Thanks to the Internet, the age-old art of content marketing is evolving. The information superhighway has become one of the most powerful platforms for marketing, and marketers have learned that it’s not enough to embrace industry trends as they become popular. The only way to win this fast-paced game is to recognize trends before they go mainstream—or to create a trend from whole cloth.
Trendspotting or creating new trends can be done with data. Data can also help an executive determine where to put marketing budget, or help a marketing manager target her audience, or help a content creator shape content based on customer needs. And according to social media and design expert Geoff Colon, data can give marketers a glimpse into the future of content marketing.
An effective marketing campaign requires more than creativity; it requires attention to detail and the ability to measure outcomes. In short, today’s most effective marketing has its roots in science.
As group marketing manager for Bing Ads, Geoff Colon devotes his time to researching and developing the best content and social strategies for Microsoft’s search properties. But Colon also styles himself a futurist—and sometimes, his prognostications are correct.
In the July-August 2012 issue of The Futurist magazine, Colon predicted that the “C suite” would welcome executives who focused on content, with titles like Chief Content Officer, Chief Data Scientist and Earned Media Officer.
Several of Colon’s imagined roles have become common at agencies and big brands, and one content marketing organization has devoted a major publication to a job he envisioned. The data scientist role has been particularly important for marketing departments and agencies, because of its focus on using data to determine how current and potential customers will behave based on their actions. Colon’s advice on how brands and agencies should allocate marketing budget could prove to be accurate as well.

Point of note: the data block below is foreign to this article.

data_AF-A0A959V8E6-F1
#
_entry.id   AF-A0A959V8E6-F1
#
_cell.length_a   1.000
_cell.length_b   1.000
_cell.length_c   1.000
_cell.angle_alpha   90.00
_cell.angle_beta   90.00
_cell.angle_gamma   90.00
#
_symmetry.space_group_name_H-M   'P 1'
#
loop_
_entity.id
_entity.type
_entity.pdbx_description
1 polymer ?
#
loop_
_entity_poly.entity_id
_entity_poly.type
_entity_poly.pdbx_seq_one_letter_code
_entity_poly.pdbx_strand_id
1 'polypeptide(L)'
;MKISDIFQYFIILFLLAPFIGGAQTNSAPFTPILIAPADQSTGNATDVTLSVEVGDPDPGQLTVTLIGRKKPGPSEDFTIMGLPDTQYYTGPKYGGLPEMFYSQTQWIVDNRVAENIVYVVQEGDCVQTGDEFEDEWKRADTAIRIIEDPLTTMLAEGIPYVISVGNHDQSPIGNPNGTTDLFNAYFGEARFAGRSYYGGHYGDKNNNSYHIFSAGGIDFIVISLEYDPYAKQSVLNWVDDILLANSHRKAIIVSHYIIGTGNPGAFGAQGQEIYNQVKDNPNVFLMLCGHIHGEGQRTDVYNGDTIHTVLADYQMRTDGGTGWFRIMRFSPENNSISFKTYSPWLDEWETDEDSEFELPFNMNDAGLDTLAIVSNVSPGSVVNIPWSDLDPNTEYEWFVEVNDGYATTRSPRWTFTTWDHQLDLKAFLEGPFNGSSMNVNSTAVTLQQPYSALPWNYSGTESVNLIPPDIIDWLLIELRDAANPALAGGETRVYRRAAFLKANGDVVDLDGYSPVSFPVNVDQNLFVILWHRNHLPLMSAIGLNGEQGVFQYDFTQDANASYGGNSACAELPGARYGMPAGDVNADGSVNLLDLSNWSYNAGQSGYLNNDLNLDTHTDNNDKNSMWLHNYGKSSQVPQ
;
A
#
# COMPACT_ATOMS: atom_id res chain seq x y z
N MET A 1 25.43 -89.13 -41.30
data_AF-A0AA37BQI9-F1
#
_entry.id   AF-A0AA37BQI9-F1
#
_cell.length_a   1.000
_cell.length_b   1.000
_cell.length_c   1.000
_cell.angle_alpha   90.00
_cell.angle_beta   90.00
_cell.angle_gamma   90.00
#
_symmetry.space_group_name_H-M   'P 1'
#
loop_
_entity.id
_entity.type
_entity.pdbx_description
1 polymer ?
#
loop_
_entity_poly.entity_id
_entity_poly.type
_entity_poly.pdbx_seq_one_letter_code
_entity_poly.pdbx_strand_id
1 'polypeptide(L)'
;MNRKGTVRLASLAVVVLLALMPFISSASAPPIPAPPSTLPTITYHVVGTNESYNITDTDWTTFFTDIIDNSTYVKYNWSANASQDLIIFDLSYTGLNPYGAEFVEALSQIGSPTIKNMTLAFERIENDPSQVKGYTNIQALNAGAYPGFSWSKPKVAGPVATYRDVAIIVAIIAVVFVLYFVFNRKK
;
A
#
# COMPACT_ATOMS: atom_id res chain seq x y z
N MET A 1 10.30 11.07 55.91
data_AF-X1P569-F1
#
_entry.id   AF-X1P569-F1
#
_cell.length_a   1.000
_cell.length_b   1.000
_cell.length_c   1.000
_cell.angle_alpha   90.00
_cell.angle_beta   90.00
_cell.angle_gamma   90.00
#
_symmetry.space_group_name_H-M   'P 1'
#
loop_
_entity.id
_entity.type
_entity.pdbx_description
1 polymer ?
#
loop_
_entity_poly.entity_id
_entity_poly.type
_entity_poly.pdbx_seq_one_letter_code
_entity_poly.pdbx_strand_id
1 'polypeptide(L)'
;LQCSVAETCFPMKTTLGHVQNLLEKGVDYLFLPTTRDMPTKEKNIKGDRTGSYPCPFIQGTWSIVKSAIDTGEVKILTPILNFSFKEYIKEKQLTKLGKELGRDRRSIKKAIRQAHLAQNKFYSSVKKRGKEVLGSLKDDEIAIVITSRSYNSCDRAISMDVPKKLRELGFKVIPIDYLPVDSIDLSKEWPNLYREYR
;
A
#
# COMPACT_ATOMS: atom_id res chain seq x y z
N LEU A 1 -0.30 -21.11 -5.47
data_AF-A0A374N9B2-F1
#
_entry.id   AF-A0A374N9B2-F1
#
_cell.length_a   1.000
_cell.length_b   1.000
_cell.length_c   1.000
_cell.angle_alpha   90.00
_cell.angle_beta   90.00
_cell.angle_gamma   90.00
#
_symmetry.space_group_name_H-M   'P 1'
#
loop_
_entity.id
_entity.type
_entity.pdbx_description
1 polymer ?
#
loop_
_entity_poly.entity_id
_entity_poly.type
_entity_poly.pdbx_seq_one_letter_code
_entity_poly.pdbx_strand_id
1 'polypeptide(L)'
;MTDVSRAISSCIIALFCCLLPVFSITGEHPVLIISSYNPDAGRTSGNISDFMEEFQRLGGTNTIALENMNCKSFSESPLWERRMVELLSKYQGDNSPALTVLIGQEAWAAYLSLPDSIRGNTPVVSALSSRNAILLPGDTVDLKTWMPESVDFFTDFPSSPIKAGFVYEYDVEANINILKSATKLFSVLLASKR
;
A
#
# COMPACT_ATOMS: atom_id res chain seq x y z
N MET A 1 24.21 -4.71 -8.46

Quality content is a relatively small part of a successful content marketing campaign. But the best content doesn’t mean much if it doesn’t get seen. With the volume of content on the Internet it’s possible—even likely—that your content won’t reach its target audience without help. How do you reach your target readers?
“If this was 2007,” Colon says, “I would say take your marketing budget and put aside 20 percent for content. But it’s 2014…and as a result I would put almost 60 percent of my budget into content development and marketing.”
With approximately 30 percent of B2B marketing budgets and about 24 percent of B2C marketing budgets allocated to content marketing, 60 percent represents a significant commitment. But Colon’s estimate includes much more than content creation—that 60 percent includes research, distribution and tracking of content. Starting with research is critical.
“What is your audience talking about?” Colon asks. “How can you be a part of that conversation? What [do] you have to offer the world?”
Content distribution and tracking also represents an important part of the overall content marketing budget. Colon believes that following audiences and their behaviors around content is just as important as identifying them.
“Too many marketers create content, but don’t map out an experience to distribute that content to where it needs to go or track it to make sure it’s having a desired effect,” he says. Tracking software can be costly, but the investment can help marketing departments determine which types of content resonates with target audiences. That’s data that can help shape future content marketing campaigns.
Companies willing to invest in content marketing must now consider how they will ensure the content they create reaches its target audiences. And for many brands and agencies, the future of content promotion and distribution can impact their success today.